Actually, between the equal protection clause of the 4th amendment and the cruel and unusual clause of the 8th, it isn't difficult to argue that it does, in fact, mean just that.

Amen to that. If you have two sets of crimes ones committed by the fabulously wealthy (Wall Streeters, bankers - non one else is in the position to carry out such fraud) which do vast damage, and ones that are committed by ordinary citizens that do comparatively trivial amounts of damage, and that latter set are prosecuted far more vigorously, with much harsher punishments than the former, then we do not truly have a system of laws any longer, we have a system of (very rich) men.

One is reminded of this: "In its majestic equality, the law forbids rich and poor alike to sleep under bridges, beg in the streets and steal loaves of bread." - Anatole France

Re:Ashamed! (1)

rahvin112 (446269) | about 2 months ago | (#47061629)

That's silly, it's different crimes. Different crimes have different prison sentences. 4oz of crack will get you a nearly life sentence where the same amount of cocaine will get you a month or two. Is the baking soda and cooking process that important that it'll net you a sentence 10 times worse?

Re:Ashamed! (1)

Some_Llama (763766) | about 2 months ago | (#47061059)

So im going to throw away my mod point on this point but oh well, i can't believe someone thinks this so i want to get some clarification...

"Just because one set of criminals gets off easier than they should, it does not follow that all other criminals should be treated leniently."

If two groups of "criminals" is judged and sentenced according to the damage and harm they have done, and one of them does less harm/damage that the other, it does not follow that the one who did less harm should have a lesser sentence?

OR

justice equals = all criminals should be punished harshly no matter what the severity of the crime, as long as the% of criminals who receive less harsh punishment is relatively low?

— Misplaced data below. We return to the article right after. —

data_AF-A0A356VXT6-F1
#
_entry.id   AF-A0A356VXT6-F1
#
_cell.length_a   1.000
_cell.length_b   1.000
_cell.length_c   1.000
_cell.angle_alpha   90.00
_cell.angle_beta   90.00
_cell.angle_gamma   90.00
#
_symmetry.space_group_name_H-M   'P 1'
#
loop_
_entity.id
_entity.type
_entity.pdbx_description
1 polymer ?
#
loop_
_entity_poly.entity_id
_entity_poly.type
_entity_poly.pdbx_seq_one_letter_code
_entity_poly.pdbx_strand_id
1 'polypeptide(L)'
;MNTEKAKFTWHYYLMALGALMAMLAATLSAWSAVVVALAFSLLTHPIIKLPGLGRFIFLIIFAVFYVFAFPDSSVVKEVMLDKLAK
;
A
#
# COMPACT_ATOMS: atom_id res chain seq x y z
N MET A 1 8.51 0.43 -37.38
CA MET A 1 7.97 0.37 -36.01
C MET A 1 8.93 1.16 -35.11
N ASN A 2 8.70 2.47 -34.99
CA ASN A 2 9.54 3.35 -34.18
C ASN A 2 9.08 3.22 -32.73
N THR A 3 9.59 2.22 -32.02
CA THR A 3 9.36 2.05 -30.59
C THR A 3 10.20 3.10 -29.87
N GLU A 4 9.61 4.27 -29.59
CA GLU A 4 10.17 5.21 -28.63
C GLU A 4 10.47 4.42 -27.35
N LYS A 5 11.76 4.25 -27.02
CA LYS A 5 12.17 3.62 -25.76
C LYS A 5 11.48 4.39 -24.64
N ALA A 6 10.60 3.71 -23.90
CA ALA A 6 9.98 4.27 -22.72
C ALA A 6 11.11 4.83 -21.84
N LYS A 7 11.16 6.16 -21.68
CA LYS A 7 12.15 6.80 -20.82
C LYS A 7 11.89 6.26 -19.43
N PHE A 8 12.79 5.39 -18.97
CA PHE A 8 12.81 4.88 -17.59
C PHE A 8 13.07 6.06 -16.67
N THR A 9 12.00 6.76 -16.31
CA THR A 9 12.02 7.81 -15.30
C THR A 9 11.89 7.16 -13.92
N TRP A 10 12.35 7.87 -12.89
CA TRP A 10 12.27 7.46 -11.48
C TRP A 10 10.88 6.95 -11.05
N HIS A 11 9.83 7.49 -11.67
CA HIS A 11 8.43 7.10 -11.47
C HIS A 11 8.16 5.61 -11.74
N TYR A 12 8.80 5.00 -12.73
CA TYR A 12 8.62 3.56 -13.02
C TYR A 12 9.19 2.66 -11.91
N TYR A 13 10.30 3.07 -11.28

OR

Justice = punishment that is mitigated by influence, money, collusion and corruption.

i'm having a hard time following any of these "logical?" conclusions of your reasoning...

Re:Ashamed! (1)

Aighearach (97333) | about 2 months ago | (#47061431)

That's total nonsense. Criminals are not "judged and sentenced according to the damage and harm they have done," thought that is certainly considered in sentencing. Actually they're judged and sentenced based on the crimes they're convicted of.

The reason you're having trouble with the logic is because you seem to think the task is to make it all up yourself from whole cloth. But actually the task is to understand existing legal principles in the US. Of course, you don't really need to get that far in this case because it was total apples and oranges anyways between un-named "Wall Street scammers" who aren't even facing charges, and a person convicted of felonies.

Re:Ashamed! (0)

Anonymous Coward | about 2 months ago | (#47061515)

You are wrong you idiot!

Re:Ashamed! (-1, Offtopic)

mopower70 (250015) | about 2 months ago | (#47060963)

Where the hell are my mod points when I need them!

Re:Ashamed! (0)

Anonymous Coward | about 2 months ago | (#47061643)

Judging by the extent of the damage he was able to inflict, obviously this guy was "systemically important" to his company, how comes he wasn't bailed out and given a bonus too?

Re:Ashamed! (4, Insightful)

kelemvor4 (1980226) | about 2 months ago | (#47060817)

"H-1Bs do not commit sabotage."

Absolutely, allowing foreign nationals access to your systems is COMPLETELY safe. Moreover, they don't get angry when you take away their livelihood.

Re:Ashamed! (0)

Anonymous Coward | about 2 months ago | (#47061313)